|National Election Commission (NEC) Chairperson Rho Tae-ak, center, gestures as he leaves a commissioners' meeting at the NEC headquarters in Gwacheon, Gyeonggi Province, Friday. Yonhap|
By Nam Hyun-woo
The National Election Commission (NEC) is facing mounting criticism over its decision to refuse an investigation by the state auditor into suspicions that a slew of senior NEC officials exercised influence to help family members get jobs at the election watchdog.
With the number of people mired in the nepotism scandal expected to increase, the National Assembly reached a rare bipartisan agreement to launch a state probe, with the ruling party demanding NEC Chairperson Rho Tae-ak resign.
The NEC decided to refuse a proposed audit by the Board of Audit and Inspection (BAI) during a commissioners' meeting on Friday, citing a constitutional practice to exclude the election watchdog from BAI audits.
The Constitution states that the BAI audits and inspects administrative agencies and government officials. The NEC claims that it stands as an independent organization and is not categorized as an administrative agency, thus it is not subject to a BAI audit.
Shortly after the decision, the state auditor released a statement and refuted the election watchdog's decision, saying the NEC is subject to its audits as an administrative agency and the BAI has conducted audits on the NEC on issues related to human resources in the past.
"The BAI has been refraining from launching audits on the NEC, in order to respect the NEC's independence in managing elections," the statement reads.
Since last month, the NEC has been at the center of criticism following reports that NEC Secretary General Park Chan-jin and Deputy Secretary General Song Bong-sup allegedly unfairly helped their children to land jobs at the election watchdog. Park and Song resigned following the allegations, citing moral responsibility over the issue.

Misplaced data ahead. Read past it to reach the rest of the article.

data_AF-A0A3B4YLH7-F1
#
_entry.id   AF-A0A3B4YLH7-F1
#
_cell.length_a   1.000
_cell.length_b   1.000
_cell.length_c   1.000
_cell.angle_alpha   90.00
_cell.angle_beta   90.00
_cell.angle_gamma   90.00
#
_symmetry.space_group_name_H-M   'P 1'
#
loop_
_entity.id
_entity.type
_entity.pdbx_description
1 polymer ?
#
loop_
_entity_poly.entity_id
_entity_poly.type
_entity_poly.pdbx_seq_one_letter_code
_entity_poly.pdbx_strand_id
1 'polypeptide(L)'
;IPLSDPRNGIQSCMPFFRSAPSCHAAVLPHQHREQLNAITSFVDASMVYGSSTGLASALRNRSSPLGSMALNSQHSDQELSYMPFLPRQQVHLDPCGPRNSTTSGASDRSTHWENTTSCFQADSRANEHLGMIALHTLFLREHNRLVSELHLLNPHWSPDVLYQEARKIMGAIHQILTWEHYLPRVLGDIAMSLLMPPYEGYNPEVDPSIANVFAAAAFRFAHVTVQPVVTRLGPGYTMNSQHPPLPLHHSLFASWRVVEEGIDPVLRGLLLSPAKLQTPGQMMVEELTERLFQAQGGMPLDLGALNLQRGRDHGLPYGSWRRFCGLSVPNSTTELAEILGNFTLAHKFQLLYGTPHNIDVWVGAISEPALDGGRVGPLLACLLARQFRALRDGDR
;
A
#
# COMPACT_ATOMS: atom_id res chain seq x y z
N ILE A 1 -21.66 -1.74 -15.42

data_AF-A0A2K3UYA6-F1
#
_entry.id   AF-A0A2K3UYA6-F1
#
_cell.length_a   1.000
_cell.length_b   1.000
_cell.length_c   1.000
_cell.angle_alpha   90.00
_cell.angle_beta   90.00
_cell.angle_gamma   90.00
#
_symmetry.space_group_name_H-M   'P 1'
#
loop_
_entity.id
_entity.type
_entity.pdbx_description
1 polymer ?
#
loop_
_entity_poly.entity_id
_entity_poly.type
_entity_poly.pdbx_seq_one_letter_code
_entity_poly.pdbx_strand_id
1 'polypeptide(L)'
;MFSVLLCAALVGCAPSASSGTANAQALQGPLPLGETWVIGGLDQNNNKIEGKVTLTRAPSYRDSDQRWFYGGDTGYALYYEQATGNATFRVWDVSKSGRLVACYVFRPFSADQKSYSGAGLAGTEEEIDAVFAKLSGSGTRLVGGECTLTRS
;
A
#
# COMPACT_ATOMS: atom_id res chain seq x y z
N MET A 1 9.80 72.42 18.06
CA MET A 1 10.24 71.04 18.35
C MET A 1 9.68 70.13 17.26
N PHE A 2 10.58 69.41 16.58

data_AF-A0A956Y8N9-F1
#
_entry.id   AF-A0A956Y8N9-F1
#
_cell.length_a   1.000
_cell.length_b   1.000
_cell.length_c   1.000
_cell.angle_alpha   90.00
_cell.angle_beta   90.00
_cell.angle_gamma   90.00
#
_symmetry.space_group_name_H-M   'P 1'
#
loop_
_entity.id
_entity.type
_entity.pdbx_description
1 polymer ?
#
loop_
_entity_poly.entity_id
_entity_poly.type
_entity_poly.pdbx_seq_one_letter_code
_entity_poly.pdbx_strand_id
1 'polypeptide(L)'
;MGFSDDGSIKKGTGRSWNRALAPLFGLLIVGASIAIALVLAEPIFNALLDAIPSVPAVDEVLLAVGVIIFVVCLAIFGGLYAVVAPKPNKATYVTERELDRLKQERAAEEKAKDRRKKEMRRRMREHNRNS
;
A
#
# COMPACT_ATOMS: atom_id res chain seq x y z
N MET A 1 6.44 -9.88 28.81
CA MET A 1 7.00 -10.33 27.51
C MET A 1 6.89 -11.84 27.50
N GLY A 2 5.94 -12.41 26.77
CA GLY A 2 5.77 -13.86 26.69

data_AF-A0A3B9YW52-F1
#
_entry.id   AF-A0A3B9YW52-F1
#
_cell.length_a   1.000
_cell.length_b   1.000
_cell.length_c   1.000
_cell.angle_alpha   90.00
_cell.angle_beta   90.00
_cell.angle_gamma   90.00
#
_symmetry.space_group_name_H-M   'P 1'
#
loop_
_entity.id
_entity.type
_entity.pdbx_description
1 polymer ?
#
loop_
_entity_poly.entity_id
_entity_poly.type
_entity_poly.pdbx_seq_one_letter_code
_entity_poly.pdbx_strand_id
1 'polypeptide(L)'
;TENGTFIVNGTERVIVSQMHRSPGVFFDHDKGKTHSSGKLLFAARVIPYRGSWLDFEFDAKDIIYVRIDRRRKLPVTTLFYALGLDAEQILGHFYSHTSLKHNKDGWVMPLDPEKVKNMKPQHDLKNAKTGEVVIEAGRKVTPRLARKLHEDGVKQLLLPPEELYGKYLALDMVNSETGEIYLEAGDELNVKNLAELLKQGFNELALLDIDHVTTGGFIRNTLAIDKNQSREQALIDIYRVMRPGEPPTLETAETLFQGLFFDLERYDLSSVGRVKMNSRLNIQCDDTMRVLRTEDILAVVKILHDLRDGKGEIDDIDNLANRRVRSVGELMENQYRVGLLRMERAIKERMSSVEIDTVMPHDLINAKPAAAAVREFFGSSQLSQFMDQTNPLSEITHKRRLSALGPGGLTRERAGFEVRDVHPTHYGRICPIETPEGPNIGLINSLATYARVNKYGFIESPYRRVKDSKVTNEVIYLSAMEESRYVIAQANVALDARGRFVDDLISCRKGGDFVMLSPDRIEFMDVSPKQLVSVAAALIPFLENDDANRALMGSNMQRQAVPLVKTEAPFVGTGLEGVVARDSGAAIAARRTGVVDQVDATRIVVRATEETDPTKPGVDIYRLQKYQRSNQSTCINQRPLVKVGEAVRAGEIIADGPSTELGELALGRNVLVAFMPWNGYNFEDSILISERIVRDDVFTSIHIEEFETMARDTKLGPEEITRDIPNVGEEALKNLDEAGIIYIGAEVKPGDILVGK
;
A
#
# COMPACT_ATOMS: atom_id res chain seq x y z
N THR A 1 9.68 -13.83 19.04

Following the suspicion, the NEC launched an internal audit on its workings and the possibility that former senior officials helped family members attain employment at the NEC. On May 31, it announced that there were 10 similar cases including that of the aforementioned two.
The number of people mired in the nepotism scandal is expected to grow, as the NEC is now auditing its entire workforce, including their spouses and relatives.
|From left, floor leader Yun Jae-ok and Ruling People Power Party Chairman Kim Gi-hyeon, speak during the party's supreme council meeting at the National Assembly in Seoul, Sunday. Yonhap|
Against this backdrop, the NEC's refusal to accept a BAI audit is triggering strong criticism from political parties.
"NEC Chairperson Rho apologized for the hereditary employment, but we could not sense the sincerity in the NEC's follow-up measures," ruling People Power Party (PPP) Chairman Kim Gi-hyeon said Sunday, referring to the election watchdog's refusal.
"Rho should stop humiliating himself and take accountability by stepping down from his post," Kim said. "And we strongly urge the NEC to welcome the BAI audit."
PPP floor leader Yun Jae-ok also suggested that public anger will not be soothed and the NEC will not be able to conduct proper self-scrutiny, as long as Rho keeps his job.
The National Assembly is now in discussions over the range of the state probe on the NEC after the main opposition Democratic Party of Korea (DPK) agreed to the PPP's proposal for the investigation on May 31.
Though they agreed on launching the probe, the DPK is against the PPP's demand for NEC chairperson's resignation, because the main opposition party believes the ruling party seeks to tame the election watchdog ahead of the upcoming general election next year, and the launch of the parliamentary investigation may experience some delays.
DPK lawmakers of the Assembly's Public Administration and Security Committee said in a statement that they condemn "the PPP's political maneuvering aimed at controlling the NEC."
"If the PPP urges the resignation of the NEC chairperson, who is nothing to do with hiring, and seeks to appoint persons of the party's taste for the secretary general post, it is nothing more than an attempt to control the NEC before the next year's general election."